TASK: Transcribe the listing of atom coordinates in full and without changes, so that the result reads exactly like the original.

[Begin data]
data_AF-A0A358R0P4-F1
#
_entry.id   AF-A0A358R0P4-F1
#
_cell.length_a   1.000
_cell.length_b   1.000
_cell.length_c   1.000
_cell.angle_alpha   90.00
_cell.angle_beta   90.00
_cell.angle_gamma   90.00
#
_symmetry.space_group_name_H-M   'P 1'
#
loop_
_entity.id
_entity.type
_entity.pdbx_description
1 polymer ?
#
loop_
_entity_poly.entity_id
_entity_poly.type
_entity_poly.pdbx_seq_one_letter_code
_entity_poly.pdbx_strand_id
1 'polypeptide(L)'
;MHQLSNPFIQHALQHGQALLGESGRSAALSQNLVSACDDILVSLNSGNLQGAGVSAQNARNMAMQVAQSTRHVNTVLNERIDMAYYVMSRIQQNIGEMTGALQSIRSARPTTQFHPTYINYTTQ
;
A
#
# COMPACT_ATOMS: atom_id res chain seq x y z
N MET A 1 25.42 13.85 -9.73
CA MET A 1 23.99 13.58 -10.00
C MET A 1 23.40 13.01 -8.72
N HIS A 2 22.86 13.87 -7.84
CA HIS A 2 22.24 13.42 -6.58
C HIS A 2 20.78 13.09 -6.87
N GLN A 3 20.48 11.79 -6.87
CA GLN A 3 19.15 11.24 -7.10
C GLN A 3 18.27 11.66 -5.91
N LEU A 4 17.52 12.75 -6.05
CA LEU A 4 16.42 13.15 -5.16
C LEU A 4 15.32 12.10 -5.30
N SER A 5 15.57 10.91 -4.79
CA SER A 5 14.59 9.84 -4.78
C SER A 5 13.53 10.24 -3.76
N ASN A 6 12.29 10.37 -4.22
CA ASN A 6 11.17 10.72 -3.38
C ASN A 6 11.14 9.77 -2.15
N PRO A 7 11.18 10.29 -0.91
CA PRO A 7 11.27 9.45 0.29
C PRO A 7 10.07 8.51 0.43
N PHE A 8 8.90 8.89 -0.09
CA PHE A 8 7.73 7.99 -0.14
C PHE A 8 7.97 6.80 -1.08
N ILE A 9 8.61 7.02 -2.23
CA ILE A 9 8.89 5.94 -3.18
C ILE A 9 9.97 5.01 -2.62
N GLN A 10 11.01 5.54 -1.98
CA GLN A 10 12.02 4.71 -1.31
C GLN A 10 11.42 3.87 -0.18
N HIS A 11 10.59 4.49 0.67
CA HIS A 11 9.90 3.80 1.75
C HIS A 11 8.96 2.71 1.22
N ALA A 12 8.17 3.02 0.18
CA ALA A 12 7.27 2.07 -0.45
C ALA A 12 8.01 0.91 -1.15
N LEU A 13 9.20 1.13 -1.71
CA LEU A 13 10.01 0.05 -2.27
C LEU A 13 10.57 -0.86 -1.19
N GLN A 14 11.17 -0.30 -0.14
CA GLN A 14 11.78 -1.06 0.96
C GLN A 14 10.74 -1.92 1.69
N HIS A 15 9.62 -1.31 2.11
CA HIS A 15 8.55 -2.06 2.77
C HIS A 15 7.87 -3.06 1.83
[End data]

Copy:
data_AF-A0A358R0P4-F1
#
_entry.id   AF-A0A358R0P4-F1
#
_cell.length_a   1.000
_cell.length_b   1.000
_cell.length_c   1.000
_cell.angle_alpha   90.00
_cell.angle_beta   90.00
_cell.angle_gamma   90.00
#
_symmetry.space_group_name_H-M   'P 1'
#
loop_
_entity.id
_entity.type
_entity.pdbx_description
1 polymer ?
#
loop_
_entity_poly.entity_id
_entity_poly.type
_entity_poly.pdbx_seq_one_letter_code
_entity_poly.pdbx_strand_id
1 'polypeptide(L)'
;MHQLSNPFIQHALQHGQALLGESGRSAALSQNLVSACDDILVSLNSGNLQGAGVSAQNARNMAMQVAQSTRHVNTVLNERIDMAYYVMSRIQQNIGEMTGALQSIRSARPTTQFHPTYINYTTQ
;
A
#
# COMPACT_ATOMS: atom_id res chain seq x y z
N MET A 1 25.42 13.85 -9.73
CA MET A 1 23.99 13.58 -10.00
C MET A 1 23.40 13.01 -8.72
N HIS A 2 22.86 13.87 -7.84
CA HIS A 2 22.24 13.42 -6.58
C HIS A 2 20.78 13.09 -6.87
N GLN A 3 20.48 11.79 -6.87
CA GLN A 3 19.15 11.24 -7.10
C GLN A 3 18.27 11.66 -5.91
N LEU A 4 17.52 12.75 -6.05
CA LEU A 4 16.42 13.15 -5.16
C LEU A 4 15.32 12.10 -5.30
N SER A 5 15.57 10.91 -4.79
CA SER A 5 14.59 9.84 -4.78
C SER A 5 13.53 10.24 -3.76
N ASN A 6 12.29 10.37 -4.22
CA ASN A 6 11.17 10.72 -3.38
C ASN A 6 11.14 9.77 -2.15
N PRO A 7 11.18 10.29 -0.91
CA PRO A 7 11.27 9.45 0.29
C PRO A 7 10.07 8.51 0.43
N PHE A 8 8.90 8.89 -0.09
CA PHE A 8 7.73 7.99 -0.14
C PHE A 8 7.97 6.80 -1.08
N ILE A 9 8.61 7.02 -2.23
CA ILE A 9 8.89 5.94 -3.18
C ILE A 9 9.97 5.01 -2.62
N GLN A 10 11.01 5.54 -1.98
CA GLN A 10 12.02 4.71 -1.31
C GLN A 10 11.42 3.87 -0.18
N HIS A 11 10.59 4.49 0.67
CA HIS A 11 9.90 3.80 1.75
C HIS A 11 8.96 2.71 1.22
N ALA A 12 8.17 3.02 0.18
CA ALA A 12 7.27 2.07 -0.45
C ALA A 12 8.01 0.91 -1.15
N LEU A 13 9.20 1.13 -1.71
CA LEU A 13 10.01 0.05 -2.27
C LEU A 13 10.57 -0.86 -1.19
N GLN A 14 11.17 -0.30 -0.14
CA GLN A 14 11.78 -1.06 0.96
C GLN A 14 10.74 -1.92 1.69
N HIS A 15 9.62 -1.31 2.11
CA HIS A 15 8.55 -2.06 2.77
C HIS A 15 7.87 -3.06 1.83